Listen to the new single below!


  1. Village
  2. Lately
  3. Brain Cells
  4. Habit
  5. Dinosaur
  6. Sink Interlude
  7. Easy
  8. Heavy Feeling
  9. Old Vein
  10. Sink In
  11. Yusiimi

Smoothboi Ezra announces new EP ‘Stuck’, shares new single

Photo by Nicholas O’Donnell

Smoothboi Ezra, the songwriting project of Greystones, Ireland based Ezra Williams, have today announced their new EP Stuck, set to be released on June 11th. They have also shared a tender new single of the same name with an accompanying music video directed by Arthur Studholme and starring non-binary couple El and Lauren.

Ezra’s latest EP ‘Stuck’ takes a closer look at the intricacies of relationships. Written during lockdown to a soundtrack of Angel Olsen, Soccer Mommy and Haley Heynderickx, the EP recalls a formative relationship with sensitivity and maturity scarcely attributed to young people. Speaking about the title track, Ezra says: 

“‘Stuck’ is a song about being in a relationship with someone you care a lot about but you know it’s not going to work out. It’s an unsaid mutual agreement that you can feel the relationship ending but you’re both waiting on the other person to end it.” 

Watch the new video below!


  1. Stuck
  2. Without Me
  3. You
  4. Palm Of Your Hand

Soccer Mommy releases color theory demos

Photo by Jessica Mlinaric

Soccer Mommy have shared 6 new demos of songs that appeared on their sophomore album color theory. Read our review of the album here. They have also announced a new Deluxe Binder LP edition of the album, kept in a school binder that includes flexi-discs of the demos as well as various stationary items.

Earlier in the year Soccer Mommy launched a ‘Soccer Mommy and Friends’ single series in which she swapped covers and remixes with other musicians such as Beabadoobee, Jay Som and MGMT’s Andrew VanWyngarden.

Listen to the new demos below.

beabadoobee – Fake It Flowers Album Review

Dirty Hit – 2020

Bea Kristi, the Phillipines born, London based singer-songwriter has spent the last couple of years building up an online base of dedicated fans, thanks to her slew of bedroom-pop orientated slew of EP’s. Following from the likes of Clairo, Soccer Mommy and Snail Mail, Kristi has helped in the revival of the guitar ballad for a new generation. The chorus filled guitars and dreamy melodies of 2019’s Loveworm showed an emerging songwriter that played into the intimate side of a song, creating emotion through vibrant soundscapes and affection filled lyrics. On her debut album Fake It Flowers Kristi’s songwriting is as potent as ever, whilst expanding her sound out to incorporate a more grunge fuelled drive.

The bubblegum pop sound that Kristi has attributed herself to is still present on this album, “Dye It Red” with its driving groove and Kristi’s ever potent lyrics of self worth “And maybe it’s time to change my ways, But that doesn’t include you”. But the feel of this album is that of blending nostalgia with the present. The early 2000’s pop punk sounds of Avril Lavigne can be heard throughout opener “Care” through its punchy guitars and slacker like groove, whilst still infusing the signature chorus filled indie guitar leads. And on “Charlie Brown” the cinematic guitar hits build perfectly to the all out rager chorus lines of “Throw it away” that have all the elements of a Blink-182 Enema Of The State era hit. This expansions of Kristi’s sound is a natural progression for the grunge superfan, who previously stated “I want to live in the 90’s“. Coming out in its harshest form on “Sorry” as the fuzzed up guitars crash in on the chorus, backed by a Nirvana style riff. A short but potent burst of pure raw emotion.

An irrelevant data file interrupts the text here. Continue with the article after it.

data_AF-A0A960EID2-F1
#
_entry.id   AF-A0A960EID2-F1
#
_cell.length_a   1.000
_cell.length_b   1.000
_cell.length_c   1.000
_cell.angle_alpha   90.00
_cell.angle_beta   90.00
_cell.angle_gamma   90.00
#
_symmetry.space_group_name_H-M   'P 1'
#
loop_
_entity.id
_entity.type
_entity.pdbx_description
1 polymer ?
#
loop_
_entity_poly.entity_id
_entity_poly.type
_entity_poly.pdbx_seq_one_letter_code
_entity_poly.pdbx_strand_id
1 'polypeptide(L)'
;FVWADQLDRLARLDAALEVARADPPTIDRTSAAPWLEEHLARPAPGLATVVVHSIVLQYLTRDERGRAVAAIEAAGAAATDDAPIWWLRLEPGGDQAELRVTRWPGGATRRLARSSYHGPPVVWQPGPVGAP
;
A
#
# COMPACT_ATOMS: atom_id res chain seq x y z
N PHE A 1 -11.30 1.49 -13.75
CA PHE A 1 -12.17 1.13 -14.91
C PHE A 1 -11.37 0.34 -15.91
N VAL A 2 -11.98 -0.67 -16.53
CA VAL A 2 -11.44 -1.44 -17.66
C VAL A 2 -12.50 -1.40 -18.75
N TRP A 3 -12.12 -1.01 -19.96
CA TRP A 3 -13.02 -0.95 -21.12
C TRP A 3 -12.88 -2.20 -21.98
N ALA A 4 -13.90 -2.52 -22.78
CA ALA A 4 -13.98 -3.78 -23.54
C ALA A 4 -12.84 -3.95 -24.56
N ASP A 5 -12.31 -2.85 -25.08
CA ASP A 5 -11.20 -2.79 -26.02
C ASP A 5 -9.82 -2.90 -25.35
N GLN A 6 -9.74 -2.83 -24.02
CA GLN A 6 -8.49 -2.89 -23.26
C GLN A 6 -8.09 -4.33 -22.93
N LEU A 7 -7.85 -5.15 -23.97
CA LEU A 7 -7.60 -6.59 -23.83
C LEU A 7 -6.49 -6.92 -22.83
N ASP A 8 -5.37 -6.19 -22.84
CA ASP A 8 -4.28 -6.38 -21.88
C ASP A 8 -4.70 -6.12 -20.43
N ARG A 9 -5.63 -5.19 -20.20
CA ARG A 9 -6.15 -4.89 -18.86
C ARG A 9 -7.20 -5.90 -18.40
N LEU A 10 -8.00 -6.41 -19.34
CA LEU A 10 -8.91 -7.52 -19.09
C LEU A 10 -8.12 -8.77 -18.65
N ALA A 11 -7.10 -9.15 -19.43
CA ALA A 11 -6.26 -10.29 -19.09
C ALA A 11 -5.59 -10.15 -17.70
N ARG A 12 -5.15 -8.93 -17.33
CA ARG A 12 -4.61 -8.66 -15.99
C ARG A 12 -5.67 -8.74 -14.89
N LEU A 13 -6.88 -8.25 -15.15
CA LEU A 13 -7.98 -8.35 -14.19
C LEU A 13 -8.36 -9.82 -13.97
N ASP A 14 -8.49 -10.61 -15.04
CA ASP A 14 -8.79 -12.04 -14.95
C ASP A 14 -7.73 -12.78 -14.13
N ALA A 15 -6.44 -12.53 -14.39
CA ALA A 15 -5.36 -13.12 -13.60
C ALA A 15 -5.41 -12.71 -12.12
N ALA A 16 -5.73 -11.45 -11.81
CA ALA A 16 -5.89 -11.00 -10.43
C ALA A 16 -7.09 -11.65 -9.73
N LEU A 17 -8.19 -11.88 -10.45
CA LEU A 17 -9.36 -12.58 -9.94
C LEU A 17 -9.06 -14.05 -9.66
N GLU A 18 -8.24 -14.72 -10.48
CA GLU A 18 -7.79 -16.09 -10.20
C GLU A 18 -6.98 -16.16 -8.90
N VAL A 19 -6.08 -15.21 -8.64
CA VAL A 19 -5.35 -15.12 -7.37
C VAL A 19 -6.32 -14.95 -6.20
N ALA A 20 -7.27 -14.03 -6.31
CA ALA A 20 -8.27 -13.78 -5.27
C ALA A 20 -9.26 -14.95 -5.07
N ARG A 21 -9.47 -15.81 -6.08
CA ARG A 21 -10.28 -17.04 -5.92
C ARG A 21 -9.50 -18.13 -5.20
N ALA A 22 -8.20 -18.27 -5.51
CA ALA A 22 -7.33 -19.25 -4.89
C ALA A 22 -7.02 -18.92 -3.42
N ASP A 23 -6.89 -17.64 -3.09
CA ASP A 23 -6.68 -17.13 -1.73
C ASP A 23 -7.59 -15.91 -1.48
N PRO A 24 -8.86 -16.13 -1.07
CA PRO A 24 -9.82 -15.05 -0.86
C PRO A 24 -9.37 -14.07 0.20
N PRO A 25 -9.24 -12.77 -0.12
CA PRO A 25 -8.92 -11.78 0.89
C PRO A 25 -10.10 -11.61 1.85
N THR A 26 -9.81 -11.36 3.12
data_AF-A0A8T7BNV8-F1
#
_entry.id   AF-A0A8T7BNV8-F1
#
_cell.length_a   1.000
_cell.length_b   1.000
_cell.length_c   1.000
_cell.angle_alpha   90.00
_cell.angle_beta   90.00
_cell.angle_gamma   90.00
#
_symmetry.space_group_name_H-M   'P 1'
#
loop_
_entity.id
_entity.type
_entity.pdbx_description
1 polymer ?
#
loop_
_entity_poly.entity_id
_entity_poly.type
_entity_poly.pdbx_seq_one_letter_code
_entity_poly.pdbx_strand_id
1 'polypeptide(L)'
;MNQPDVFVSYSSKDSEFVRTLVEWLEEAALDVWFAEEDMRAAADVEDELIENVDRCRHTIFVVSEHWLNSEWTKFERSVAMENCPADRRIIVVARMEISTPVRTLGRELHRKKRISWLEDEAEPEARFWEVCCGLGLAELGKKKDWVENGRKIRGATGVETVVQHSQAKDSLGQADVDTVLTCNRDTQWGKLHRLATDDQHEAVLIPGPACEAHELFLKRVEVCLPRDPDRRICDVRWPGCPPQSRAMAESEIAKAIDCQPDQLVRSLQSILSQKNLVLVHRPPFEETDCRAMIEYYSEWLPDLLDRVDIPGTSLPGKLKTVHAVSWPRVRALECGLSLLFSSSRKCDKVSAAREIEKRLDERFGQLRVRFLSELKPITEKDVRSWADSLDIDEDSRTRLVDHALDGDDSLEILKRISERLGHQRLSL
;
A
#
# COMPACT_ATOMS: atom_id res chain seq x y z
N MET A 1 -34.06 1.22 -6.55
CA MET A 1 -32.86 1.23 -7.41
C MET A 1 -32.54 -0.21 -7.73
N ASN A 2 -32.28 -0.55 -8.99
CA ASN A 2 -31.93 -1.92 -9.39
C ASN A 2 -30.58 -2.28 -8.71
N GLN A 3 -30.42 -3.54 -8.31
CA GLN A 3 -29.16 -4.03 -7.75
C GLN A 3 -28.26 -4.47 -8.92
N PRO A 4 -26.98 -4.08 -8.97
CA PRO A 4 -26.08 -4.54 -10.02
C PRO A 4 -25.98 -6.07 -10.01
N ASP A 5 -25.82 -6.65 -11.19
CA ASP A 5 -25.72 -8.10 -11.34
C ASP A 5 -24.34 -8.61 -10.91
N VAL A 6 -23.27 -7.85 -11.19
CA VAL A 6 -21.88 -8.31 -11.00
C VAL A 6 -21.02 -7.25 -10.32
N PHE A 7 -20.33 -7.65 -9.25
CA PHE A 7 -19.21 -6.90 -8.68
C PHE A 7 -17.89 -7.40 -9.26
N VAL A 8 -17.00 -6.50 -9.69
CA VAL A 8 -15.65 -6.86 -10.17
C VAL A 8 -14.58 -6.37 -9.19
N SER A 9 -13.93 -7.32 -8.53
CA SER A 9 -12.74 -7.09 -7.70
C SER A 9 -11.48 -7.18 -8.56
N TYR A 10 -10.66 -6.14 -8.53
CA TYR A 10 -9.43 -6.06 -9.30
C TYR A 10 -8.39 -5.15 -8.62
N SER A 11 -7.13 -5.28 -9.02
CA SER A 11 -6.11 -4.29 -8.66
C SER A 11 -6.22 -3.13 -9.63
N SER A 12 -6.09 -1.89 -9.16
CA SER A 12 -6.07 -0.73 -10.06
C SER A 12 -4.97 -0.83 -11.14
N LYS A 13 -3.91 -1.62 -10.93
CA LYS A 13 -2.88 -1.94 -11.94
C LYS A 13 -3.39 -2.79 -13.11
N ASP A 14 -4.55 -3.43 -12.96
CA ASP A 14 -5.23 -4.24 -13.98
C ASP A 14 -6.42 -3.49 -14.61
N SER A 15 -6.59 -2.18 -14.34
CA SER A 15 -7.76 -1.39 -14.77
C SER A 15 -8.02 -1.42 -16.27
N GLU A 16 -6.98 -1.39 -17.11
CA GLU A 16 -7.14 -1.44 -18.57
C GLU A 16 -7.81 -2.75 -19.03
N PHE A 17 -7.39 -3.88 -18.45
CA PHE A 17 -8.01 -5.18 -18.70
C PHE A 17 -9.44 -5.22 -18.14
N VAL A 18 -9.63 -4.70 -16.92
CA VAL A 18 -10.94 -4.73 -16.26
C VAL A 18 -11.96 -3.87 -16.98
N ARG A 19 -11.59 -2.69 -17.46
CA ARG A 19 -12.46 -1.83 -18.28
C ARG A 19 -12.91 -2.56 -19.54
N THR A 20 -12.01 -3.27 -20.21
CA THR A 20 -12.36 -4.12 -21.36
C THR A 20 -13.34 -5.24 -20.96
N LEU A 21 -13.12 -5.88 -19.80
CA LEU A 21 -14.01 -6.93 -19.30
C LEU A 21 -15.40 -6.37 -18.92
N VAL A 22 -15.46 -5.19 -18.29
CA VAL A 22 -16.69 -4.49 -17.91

Kristi also explores new textures of her more dreamy and ethereal side on “Back To Mars” and “Emo Song”. The first of which does come to a conclusion rather quickly, leaving you wondering how much more of this sound Kristi could have incorporated if she’d just given it that extra push. But the latter does present some of Kristi’s most nostalgia filled soundscaping to date through its gliding melodies and twinkling synthesisers. Tapping into that 90’s inspired throwback sound that could be found all over fellows contemporary Soccer Mommy’s debut album Clean.

This album is beabadoobee in and out. Not just in the sense of her being the one that created it, but rather laying down every aspect of herself into this album. Her inspirations are clear within the sound but where the honesty of this album really comes through is in the storytelling. One of the saddest sounding songs on the album, “Emo Song” also has one of the most personal stories on the album as Kristi tells the story of how being mistreated in her childhood let to her developing trust issues later in life. “You call me up, and lie again, Like all the men I used to trust, Nobody knows when I was young, I lost myself in cosmic dust”. There’s even reference to self harm on “Charlie Brown” as Kristi explains how a tattoo of Snoopy helped stop her from harming herself. “Back on old habits, That no one knows about, Too bad that Charlie Brown, Has inked you up to slow you down”. It’s this level of intimacy and emotional outpour that helps establish Kristi’s earnestness, creating a truly relatable and authentic songwriter.